The Pathways Project is focused on annotating genes found in well characterized signaling and metabolic pathways across the Drosophila genus. This walkthrough illustrates how to apply the GEP annotation strategy for the Pathways Project to construct a gene model for the Ras homolog enriched in brain (Rheb) gene in Drosophila yakuba.
This exercise was developed by Dr. Anya Goodman (California Polytechnic State University) and Dr. James Youngblom (California State University, Stanislaus). This exercise engages students in annotating genomic DNA from less famous species of Drosophila while teaching basic bioinformatics skills.
Dr. Justin R. DiAngelo (Penn State Berks) has developed an exercise that takes students through a series of steps to annotate a gene in a Drosophila biarmipes contig. Students will construct a gene model using gene predictions, BLASTX searches, and the GEP UCSC Genome Browser mirror. Students will then verify their final gene model using the Gene Model Checker.
Dr. Marian Kaehler (Luther College), in collaboration with Jacob Jibb, has written an annotation lab. This lab will ask students to annotate a gene from the D. erecta genome.
Developed by Dr. Ken Saville (Albion College) and Dr. Gerard McNeil (York College, City University of New York), this walkthrough provides a comprehensive overview of the entire GEP gene annotation process. This walkthrough includes a brief description of the research problem and step-by-step instructions on how to use the UCSC Genome Browser, FlyBase, the Gene Record Finder and NCBI BLAST to investigate a feature in a Drosophila erecta Muller F element annotation project. The walkthrough then shows how students can use the Gene Model Checker to verify a gene model; it also includes a sample GEP Annotation Report.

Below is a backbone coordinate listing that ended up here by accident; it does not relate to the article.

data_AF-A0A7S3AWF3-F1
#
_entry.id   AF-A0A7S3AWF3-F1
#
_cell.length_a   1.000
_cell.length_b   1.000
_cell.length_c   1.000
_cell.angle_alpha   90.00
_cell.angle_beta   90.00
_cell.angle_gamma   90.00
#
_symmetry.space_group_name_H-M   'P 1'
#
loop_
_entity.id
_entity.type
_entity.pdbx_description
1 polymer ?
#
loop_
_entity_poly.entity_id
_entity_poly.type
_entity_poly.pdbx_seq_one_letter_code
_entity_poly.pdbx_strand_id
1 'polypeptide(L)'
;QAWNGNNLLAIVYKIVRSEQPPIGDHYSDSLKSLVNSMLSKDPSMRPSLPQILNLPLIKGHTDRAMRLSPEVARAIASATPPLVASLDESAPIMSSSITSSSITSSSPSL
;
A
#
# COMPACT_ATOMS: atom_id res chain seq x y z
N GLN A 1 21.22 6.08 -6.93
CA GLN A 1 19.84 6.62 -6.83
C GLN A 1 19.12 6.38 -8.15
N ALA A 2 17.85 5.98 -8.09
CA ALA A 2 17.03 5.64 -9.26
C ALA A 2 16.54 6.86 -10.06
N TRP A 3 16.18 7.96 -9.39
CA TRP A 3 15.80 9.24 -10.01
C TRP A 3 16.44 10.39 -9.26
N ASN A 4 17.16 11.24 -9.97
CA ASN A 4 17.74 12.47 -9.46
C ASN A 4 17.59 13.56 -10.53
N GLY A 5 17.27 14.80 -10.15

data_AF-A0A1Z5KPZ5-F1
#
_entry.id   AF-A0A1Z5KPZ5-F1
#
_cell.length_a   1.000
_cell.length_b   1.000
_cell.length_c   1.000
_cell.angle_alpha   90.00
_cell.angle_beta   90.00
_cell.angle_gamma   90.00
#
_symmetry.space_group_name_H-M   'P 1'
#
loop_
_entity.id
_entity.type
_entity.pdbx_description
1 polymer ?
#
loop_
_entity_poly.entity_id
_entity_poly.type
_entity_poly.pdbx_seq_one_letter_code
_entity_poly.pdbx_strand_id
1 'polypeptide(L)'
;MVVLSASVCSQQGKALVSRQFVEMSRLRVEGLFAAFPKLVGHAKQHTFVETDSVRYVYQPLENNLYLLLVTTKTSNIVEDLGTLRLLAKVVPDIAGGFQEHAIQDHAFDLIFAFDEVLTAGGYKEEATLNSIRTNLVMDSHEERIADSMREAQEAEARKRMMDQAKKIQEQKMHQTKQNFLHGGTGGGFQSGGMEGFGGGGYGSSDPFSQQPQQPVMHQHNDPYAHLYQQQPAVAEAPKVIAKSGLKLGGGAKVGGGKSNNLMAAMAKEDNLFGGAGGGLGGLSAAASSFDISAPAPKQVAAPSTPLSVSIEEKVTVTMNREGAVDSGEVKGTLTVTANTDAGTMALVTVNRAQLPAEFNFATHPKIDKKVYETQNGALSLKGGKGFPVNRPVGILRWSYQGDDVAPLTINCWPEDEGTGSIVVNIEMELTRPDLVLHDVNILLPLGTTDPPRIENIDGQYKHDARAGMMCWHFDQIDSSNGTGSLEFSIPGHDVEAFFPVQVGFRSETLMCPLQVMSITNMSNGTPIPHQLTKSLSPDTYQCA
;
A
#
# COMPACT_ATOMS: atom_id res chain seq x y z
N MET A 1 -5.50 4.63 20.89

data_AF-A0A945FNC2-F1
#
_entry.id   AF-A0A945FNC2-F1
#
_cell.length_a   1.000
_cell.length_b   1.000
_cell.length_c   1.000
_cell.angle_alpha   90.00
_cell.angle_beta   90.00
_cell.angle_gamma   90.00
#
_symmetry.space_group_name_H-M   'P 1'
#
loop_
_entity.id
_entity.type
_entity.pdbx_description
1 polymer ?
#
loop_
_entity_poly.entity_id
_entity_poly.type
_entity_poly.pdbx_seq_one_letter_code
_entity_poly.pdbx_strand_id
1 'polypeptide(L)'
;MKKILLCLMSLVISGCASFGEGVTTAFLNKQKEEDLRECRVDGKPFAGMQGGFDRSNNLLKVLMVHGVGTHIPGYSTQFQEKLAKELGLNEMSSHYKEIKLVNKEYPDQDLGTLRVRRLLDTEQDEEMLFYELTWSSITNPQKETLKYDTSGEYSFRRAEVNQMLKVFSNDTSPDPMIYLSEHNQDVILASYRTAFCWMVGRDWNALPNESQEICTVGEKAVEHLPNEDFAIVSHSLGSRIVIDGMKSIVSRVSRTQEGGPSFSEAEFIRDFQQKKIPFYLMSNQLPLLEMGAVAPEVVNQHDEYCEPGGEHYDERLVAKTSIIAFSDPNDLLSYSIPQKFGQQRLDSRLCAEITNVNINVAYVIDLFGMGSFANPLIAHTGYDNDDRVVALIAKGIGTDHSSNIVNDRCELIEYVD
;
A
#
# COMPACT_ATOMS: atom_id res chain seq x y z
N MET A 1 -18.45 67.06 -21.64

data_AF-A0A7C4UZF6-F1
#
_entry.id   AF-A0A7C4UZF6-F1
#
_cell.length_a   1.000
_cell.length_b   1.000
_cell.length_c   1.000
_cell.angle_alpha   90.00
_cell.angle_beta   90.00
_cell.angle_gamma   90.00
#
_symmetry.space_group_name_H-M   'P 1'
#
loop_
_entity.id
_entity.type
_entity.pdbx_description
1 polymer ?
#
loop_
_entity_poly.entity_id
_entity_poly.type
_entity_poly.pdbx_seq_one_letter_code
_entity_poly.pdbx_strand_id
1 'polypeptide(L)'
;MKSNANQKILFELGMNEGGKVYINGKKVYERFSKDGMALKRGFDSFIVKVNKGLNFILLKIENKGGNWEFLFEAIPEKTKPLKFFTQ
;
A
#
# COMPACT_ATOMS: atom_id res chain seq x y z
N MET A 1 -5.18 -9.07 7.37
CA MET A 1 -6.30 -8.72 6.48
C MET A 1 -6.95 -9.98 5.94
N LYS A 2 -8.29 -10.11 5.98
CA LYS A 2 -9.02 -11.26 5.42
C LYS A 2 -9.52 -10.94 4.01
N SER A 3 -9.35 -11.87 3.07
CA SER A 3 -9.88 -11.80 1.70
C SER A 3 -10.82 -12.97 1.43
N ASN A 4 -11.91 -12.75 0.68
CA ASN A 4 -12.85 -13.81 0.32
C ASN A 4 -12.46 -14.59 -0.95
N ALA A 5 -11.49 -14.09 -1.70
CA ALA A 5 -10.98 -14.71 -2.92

This module demonstrates how the transcript generated by RNA polymerase II (the pre-mRNA) is processed to become mature mRNA using the sequence signals identified in Module 2. After completing this module students will be able to use the genome browser to explain the relationships among pre-mRNA, 5′ capping, 3′ polyadenylation, splicing, and mRNA.